I went to the local hardware store after measuring what was needed to correctly assemble the spindle and factory type disc brakes. The extra bolts could be included with the spindle, but often this spindle is used with several different brake kits. The disc kit is regularly installed on stock spindles as well. So, I took my hardware list and created a new bolt kit, G-comp spindle w/ stock disc hardware that is suggested to be sold along with either the spindle or the appropriate disc brake kits. For $6.99 this hardware will save you several trips to the local hardware store that seems to only have 3 grade 8 bolts in the length you want for some reason.

Overall, this project of overhauling my front suspension was quite rewarding. It took two full weekends of work. I'm left with a great looking sub-frame hanging off the front of the car. All of the components have a fresh coat of paint and new ball joints and brakes. The next step is to fix a few things on the engine and paint it with a fresh coat of Pontiac blue correct for the year of the car. Stay tuned, I'm making a mess in my garage to hopefully have the Firebird back in one piece before Spring.

Products Featured in this Article

Related Articles

Chevy II Nova Gasser: Week to Wicked Gasser Front End
by Joe McCollough - Posted in Videos
10/11/2019
To get the nose-up drag car look that we wanted for our Week to Wicked Nova project, we used one of our Gasser Axle kits. These bolt on in place of the stock front clip and instantly transform the car, making it look like it rolled right out of the 60's!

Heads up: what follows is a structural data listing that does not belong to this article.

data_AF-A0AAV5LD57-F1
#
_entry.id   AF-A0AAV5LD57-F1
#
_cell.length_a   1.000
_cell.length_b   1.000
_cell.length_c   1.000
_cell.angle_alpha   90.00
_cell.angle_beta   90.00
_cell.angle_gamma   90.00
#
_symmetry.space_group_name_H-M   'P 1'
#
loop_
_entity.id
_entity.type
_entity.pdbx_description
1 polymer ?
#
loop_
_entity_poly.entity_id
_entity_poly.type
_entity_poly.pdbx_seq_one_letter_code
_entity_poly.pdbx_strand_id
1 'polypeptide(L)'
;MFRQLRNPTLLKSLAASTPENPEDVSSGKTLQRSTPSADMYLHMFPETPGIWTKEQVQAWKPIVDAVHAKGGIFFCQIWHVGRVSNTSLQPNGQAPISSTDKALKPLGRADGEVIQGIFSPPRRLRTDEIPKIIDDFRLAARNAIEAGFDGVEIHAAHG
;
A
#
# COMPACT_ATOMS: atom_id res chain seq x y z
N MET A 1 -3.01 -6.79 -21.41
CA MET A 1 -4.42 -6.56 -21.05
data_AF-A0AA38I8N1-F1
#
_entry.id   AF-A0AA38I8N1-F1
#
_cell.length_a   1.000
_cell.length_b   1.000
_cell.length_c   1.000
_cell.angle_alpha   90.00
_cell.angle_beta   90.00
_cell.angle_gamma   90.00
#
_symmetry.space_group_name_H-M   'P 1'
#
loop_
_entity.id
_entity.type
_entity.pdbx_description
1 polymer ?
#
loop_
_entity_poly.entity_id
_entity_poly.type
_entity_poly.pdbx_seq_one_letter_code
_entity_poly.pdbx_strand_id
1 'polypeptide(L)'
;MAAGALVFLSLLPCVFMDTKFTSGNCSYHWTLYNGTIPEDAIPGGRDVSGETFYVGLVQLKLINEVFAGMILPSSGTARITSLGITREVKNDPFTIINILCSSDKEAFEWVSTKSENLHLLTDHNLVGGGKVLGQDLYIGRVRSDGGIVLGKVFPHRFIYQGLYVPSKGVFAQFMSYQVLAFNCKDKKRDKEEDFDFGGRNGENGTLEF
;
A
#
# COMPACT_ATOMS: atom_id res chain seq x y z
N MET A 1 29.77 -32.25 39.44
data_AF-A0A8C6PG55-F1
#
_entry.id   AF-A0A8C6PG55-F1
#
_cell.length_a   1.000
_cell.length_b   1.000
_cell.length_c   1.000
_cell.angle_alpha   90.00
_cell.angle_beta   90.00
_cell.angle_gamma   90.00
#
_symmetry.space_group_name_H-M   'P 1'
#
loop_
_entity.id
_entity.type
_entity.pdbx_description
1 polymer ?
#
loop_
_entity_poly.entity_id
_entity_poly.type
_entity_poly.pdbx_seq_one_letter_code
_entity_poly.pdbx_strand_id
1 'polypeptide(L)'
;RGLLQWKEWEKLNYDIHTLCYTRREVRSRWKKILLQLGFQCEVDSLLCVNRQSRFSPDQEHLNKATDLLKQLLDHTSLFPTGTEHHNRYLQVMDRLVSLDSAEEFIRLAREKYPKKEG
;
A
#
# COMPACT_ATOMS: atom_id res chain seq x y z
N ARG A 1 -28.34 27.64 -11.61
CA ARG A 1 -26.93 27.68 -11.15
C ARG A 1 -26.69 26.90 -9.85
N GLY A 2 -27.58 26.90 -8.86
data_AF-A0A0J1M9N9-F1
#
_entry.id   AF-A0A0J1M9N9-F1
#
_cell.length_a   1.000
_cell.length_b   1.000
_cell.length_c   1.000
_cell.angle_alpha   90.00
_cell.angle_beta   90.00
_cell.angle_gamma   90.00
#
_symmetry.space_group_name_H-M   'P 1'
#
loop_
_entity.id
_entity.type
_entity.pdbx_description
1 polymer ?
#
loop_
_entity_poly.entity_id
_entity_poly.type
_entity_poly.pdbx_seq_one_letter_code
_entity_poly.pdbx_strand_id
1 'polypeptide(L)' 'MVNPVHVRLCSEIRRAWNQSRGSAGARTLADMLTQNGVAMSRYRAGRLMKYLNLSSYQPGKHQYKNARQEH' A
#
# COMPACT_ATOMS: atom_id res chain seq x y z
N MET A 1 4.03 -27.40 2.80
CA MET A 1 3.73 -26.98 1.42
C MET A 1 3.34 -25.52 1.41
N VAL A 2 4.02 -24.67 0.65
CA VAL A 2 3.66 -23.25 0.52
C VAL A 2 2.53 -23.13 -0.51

Speedway Tech Talk - Hot Rod Tube Shock Alternatives
by Tim Matthews - Posted in Videos
5/28/2016
Tim talks about what options we have for hot rod shocks.
Hooker Header Installation Guide
by Josh Sullivan - Posted in Tech
5/8/2020
Hooker headers are installed in a 1967 Pontiac Firebird for increased power and a boost in performance. See how to work through fitment of the steering box, clutch Z bar and starter.
1967 Firebird-Employee Rides: Josh Sullivan
by Josh Sullivan - Posted in News
9/15/2020
Josh Sullivan started with a Firebird in pieces, and ended up with a cool convertible driver.
'55 Chevy Revival
by Zach Raddatz - Posted in Street Rod
7/14/2020
Follow along to see how a 1955 Chevy Bel Air is chosen for a Tri-5 restoration project. From a floral dash to a hole in the floor, there is some work to be done!
Control Arm Replacement
by Matthew McClure - Posted in Tech
5/8/2020
Looking for a cost effective way to upgrade the front of your car? This article shows the steps to replace upper and lower stock control arms with tubular control arms for added suspension strength.
Disc Brake Kit for a Ford Nine-Inch Rear End
by Matthew McClure - Posted in Tech
5/6/2020
Advantages of using Speedway Motors weld-on rear disc brake kit for a Ford Nine-Inch rear end. Learn some tips for installation. This kit includes IMCA approved brake calipers.
Replacing Front Control Arms - 1967 Chevelle
by Jeff Karls - Posted in Street Rod
2/24/2020
Next up is the suspension on Jeff's 1967 Chevelle project. Learn how to properly disassemble and remove components, such as the spindles and brakes. See tips on replacing the control arm bushings and using the right tools to get the job done.
Disc Brake Conversion
by Tyler Wesely - Posted in Tech
5/24/2019
How to change brake pads, rotors and calipers using the Mustang II complete brake kit. Replace your drum brakes with disc brakes for performance and better braking ride. For use on Bobcat and Mustang II spindles.
Project Chevelle: Disc Brakes Tech Article
by Josh Sullivan - Posted in Tech
8/9/2018
Project Chevelle upgrades the 4 drum brakes single master cylinder that was an unfortunate set of boxes checked on this Chevelle’s order sheet.
Error
X
Note
X
Ok